For Chinese Indonesians, the controversy has awakened painful memories of the mass protests that ousted the late Suharto during the 1998 crisis.30 November 2016 16:36
The capital of Muslim-majority Indonesia is on edge ahead of what is expected to be a second massive protest by conservative Muslims against its Christian governor and no group more so than its Chinese minority.
They have reason to be concerned. The movement against the governor, who is being prosecuted for allegedly insulting the Quran, has overflowed with racial slurs against his Chinese ancestry, an unnerving sign in a country with a history of lashing out violently against the ethnic minority that makes up 1 percent of its 250 million people.
The first major protest against Gov. Basuki "Ahok" Tjahaja Purnama on Nov. 4 drew more than 100,000 people to Jakarta's streets. Some held up banners calling for Ahok to be killed or decrying Chinese influence. It ended in violence, with one death and dozens injured after hard-liners attacked police. A separate mob tried to invade the apartment complex where Ahok lives in the north of the city and vandalized property in the area, which is home to many Chinese.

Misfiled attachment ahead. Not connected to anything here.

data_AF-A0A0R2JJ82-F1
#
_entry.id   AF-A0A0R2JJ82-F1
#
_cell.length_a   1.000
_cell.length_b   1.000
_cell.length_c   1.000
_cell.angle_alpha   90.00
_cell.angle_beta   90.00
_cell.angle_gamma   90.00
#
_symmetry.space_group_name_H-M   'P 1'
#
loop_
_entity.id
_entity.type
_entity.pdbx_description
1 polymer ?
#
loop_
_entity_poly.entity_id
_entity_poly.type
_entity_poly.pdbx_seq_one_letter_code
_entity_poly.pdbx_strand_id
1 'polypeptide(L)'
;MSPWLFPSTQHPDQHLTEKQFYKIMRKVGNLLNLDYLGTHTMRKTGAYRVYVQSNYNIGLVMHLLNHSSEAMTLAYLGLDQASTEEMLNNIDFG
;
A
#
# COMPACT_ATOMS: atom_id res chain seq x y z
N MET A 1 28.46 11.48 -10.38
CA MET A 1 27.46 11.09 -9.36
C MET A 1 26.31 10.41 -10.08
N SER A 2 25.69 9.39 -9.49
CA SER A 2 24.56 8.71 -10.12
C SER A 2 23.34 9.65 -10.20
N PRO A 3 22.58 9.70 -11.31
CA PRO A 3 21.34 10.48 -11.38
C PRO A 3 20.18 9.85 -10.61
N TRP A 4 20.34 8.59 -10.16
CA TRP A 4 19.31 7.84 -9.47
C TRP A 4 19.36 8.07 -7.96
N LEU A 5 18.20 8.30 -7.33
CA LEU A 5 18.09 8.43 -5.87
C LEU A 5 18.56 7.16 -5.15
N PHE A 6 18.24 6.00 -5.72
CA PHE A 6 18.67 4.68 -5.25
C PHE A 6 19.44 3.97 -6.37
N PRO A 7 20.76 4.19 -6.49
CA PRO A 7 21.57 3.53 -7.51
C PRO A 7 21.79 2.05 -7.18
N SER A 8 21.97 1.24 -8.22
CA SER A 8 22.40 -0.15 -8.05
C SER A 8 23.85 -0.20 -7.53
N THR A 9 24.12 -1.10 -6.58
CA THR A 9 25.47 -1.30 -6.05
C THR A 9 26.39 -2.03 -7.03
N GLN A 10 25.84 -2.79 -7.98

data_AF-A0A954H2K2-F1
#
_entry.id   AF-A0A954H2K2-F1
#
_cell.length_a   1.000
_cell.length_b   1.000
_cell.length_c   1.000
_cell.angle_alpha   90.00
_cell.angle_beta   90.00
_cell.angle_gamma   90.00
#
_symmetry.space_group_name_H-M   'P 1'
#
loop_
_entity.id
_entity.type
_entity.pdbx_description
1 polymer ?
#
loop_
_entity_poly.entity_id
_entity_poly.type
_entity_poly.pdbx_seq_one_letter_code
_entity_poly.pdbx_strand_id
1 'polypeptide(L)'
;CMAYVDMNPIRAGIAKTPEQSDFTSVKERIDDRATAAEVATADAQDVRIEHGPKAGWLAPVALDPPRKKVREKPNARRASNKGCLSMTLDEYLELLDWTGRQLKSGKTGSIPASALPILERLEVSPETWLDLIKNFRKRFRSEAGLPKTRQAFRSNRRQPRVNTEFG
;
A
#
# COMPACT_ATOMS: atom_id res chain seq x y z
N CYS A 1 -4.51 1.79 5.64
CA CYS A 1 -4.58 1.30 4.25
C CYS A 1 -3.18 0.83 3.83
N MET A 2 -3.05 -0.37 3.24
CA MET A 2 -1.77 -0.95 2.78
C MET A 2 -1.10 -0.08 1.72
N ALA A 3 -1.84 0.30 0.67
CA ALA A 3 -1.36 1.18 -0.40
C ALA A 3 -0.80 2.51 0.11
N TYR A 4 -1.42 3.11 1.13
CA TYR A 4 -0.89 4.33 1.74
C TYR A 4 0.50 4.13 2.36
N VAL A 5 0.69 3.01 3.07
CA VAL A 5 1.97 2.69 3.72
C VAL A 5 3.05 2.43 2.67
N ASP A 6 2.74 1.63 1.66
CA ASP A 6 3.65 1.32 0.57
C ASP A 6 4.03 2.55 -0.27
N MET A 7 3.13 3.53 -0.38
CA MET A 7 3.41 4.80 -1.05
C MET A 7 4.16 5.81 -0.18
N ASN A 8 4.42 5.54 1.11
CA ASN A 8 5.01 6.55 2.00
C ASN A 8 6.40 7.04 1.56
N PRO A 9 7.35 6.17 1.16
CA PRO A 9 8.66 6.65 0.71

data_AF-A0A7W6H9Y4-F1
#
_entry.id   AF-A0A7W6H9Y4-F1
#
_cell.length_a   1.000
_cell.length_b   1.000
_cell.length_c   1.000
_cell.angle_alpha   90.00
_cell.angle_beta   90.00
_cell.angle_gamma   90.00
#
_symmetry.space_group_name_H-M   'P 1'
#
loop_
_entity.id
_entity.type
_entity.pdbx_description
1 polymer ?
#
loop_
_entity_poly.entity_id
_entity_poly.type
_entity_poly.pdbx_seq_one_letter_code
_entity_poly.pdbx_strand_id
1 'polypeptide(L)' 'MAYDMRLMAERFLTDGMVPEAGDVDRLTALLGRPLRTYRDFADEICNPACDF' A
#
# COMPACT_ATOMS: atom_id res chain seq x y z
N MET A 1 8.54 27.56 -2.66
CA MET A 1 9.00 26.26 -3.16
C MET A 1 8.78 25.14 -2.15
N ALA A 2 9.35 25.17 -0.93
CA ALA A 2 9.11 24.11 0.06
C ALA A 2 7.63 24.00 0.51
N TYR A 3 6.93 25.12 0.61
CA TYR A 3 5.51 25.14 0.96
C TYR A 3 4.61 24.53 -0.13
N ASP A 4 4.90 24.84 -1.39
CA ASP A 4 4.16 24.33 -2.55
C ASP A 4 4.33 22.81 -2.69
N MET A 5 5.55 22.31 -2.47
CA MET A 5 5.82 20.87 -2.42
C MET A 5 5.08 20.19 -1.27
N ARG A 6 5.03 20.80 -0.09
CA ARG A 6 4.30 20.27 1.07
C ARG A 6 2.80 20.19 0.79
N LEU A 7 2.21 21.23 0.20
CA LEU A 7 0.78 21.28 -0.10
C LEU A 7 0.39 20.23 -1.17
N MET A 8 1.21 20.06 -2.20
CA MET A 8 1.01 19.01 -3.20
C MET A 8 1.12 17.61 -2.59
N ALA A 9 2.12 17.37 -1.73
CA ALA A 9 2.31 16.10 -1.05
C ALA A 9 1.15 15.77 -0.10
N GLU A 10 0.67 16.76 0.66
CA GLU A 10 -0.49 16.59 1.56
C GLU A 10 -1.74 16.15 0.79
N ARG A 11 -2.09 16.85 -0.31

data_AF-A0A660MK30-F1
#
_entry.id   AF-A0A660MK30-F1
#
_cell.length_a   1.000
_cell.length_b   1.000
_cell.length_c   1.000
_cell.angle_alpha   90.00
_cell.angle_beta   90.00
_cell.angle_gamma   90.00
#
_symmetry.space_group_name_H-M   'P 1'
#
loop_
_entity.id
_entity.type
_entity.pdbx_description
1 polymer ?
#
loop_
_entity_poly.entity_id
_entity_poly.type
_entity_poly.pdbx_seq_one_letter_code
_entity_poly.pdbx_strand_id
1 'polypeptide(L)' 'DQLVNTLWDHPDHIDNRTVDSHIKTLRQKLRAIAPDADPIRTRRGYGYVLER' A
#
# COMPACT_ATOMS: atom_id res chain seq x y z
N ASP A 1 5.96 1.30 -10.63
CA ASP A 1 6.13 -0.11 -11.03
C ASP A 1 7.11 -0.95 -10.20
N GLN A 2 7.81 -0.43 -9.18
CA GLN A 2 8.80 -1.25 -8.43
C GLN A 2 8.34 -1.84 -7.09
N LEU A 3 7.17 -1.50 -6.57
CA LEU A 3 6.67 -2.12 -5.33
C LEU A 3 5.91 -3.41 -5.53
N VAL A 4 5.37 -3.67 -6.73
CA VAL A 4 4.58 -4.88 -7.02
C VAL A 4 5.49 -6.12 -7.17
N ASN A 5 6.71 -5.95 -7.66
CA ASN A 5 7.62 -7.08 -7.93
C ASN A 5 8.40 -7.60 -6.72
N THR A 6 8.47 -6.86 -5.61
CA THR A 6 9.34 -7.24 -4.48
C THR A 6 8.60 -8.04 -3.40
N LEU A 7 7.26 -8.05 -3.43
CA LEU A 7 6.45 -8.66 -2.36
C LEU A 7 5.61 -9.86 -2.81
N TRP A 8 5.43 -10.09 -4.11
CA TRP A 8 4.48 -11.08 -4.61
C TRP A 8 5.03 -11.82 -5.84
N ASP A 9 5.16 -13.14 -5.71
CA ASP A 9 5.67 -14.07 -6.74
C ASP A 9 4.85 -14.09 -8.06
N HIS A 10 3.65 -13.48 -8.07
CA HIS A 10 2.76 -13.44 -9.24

Hard-line organizers of the protest, who were unsatisfied by a police decision earlier this month to formally name Ahok as a suspect in the blasphemy case instead of arresting him, are promising another giant rally on Friday. After police pressure, they have agreed to concentrate the rally around a national monument in central Jakarta and insist it will be peaceful.
The furor over Ahok, sparked by his criticism of detractors who argued the Quran prohibits Muslims from having a non-Muslim leader, has highlighted religious and racial fault lines in Indonesia, the world's most populous nation, and the growing challenge from proponents of Shariah law to its secular system of government.